I have a non-linear model of the following form:
$y = a*x^b$
I can fit it using logarithms and a linear model or directly with a non-linear model.
First approach, logarithms and linear model:
lmfit <- lm(log(y)~log(x))
Second approach, non-linear model:
nlsfit <- nls(y~a*x^b, start=list(a=200, b=1.6))
In the first case I can simply get the $R^2$ value from the linear model or calculate it myself by:
rsquared <- var(fitted(lmfit)) / var(log(y))
In the second case there is no $R^2$ value generated, but I can obtain one $pseudoR^2$ value myself by:
pseudorsquared <- var(fitted(nlsfit)) / var(y)
In a linear model I can calculate the fraction of variance unexplained by simply doing $1-R^2$. I have read that this is not applicable to non-linear regressions. I would like to know if there is an equivalent version of this measure, so that I can compare both regressions and use the best one.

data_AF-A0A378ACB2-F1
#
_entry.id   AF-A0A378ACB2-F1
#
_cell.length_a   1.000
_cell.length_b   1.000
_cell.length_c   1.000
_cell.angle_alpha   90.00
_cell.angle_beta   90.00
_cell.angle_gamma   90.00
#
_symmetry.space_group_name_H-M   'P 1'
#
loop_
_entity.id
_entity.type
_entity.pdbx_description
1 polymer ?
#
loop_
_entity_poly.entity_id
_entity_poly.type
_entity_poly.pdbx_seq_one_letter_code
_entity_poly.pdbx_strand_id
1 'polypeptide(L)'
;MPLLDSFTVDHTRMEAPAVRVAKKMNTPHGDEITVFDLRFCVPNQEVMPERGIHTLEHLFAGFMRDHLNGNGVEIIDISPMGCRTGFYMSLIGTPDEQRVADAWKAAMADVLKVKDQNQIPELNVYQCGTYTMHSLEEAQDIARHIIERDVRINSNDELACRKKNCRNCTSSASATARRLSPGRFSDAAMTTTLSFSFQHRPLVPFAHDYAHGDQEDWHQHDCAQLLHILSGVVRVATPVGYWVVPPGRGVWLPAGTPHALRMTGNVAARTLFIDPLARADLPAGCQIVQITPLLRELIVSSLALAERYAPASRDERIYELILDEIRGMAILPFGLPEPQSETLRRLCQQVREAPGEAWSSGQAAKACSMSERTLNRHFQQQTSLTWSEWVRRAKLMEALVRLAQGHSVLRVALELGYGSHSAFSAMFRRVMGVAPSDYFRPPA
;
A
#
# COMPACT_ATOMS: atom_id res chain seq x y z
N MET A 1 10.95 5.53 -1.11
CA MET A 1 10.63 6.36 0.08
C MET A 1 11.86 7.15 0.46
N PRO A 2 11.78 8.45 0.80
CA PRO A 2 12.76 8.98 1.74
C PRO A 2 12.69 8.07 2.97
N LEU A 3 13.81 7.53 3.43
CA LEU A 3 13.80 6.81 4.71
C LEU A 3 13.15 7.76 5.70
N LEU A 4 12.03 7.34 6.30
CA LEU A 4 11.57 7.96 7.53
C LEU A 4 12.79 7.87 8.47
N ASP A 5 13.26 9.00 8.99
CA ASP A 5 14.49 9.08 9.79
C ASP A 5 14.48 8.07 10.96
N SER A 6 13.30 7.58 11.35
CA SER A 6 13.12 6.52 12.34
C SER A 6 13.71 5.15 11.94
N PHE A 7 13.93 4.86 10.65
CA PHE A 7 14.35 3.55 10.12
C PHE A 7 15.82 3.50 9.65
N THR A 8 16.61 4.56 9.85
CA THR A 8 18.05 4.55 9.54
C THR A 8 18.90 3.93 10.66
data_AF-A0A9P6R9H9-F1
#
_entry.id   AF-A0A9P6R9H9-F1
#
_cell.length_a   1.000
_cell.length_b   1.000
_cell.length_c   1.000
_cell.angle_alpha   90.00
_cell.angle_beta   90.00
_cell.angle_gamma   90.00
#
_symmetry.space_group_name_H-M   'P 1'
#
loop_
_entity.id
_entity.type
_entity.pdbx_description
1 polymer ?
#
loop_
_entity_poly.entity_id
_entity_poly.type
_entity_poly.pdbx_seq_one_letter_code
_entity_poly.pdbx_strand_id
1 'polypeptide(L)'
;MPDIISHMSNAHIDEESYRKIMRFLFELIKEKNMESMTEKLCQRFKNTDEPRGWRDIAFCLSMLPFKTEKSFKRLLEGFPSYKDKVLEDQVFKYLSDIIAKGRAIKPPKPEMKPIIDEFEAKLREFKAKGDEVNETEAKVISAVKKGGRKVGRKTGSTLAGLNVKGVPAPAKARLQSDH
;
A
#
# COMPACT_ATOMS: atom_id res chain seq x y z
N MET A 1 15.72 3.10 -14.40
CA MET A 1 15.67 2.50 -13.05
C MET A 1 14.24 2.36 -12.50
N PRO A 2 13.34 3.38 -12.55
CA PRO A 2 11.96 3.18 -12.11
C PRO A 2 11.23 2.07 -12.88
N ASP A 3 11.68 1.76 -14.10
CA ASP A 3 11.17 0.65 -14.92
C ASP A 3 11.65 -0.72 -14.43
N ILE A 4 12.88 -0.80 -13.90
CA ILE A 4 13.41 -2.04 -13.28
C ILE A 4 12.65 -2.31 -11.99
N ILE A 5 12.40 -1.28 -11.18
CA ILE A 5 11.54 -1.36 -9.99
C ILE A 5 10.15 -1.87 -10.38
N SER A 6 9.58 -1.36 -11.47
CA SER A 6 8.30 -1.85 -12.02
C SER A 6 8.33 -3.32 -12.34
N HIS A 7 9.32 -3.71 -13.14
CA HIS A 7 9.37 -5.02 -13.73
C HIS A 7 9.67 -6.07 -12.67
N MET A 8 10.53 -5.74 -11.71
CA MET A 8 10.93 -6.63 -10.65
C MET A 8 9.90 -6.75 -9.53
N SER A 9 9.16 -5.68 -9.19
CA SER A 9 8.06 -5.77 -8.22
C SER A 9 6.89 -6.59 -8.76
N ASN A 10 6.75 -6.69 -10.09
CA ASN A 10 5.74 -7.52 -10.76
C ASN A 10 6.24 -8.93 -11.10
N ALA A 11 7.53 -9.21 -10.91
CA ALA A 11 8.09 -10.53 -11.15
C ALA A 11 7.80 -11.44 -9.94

As an extra information, I would like to add that this is a regression of physical variables, and that the non-linear approach is providing more close-to-literature results for the coeficients, whereas the linear approach gives better statistical performance ($R^2$, bias, etc.).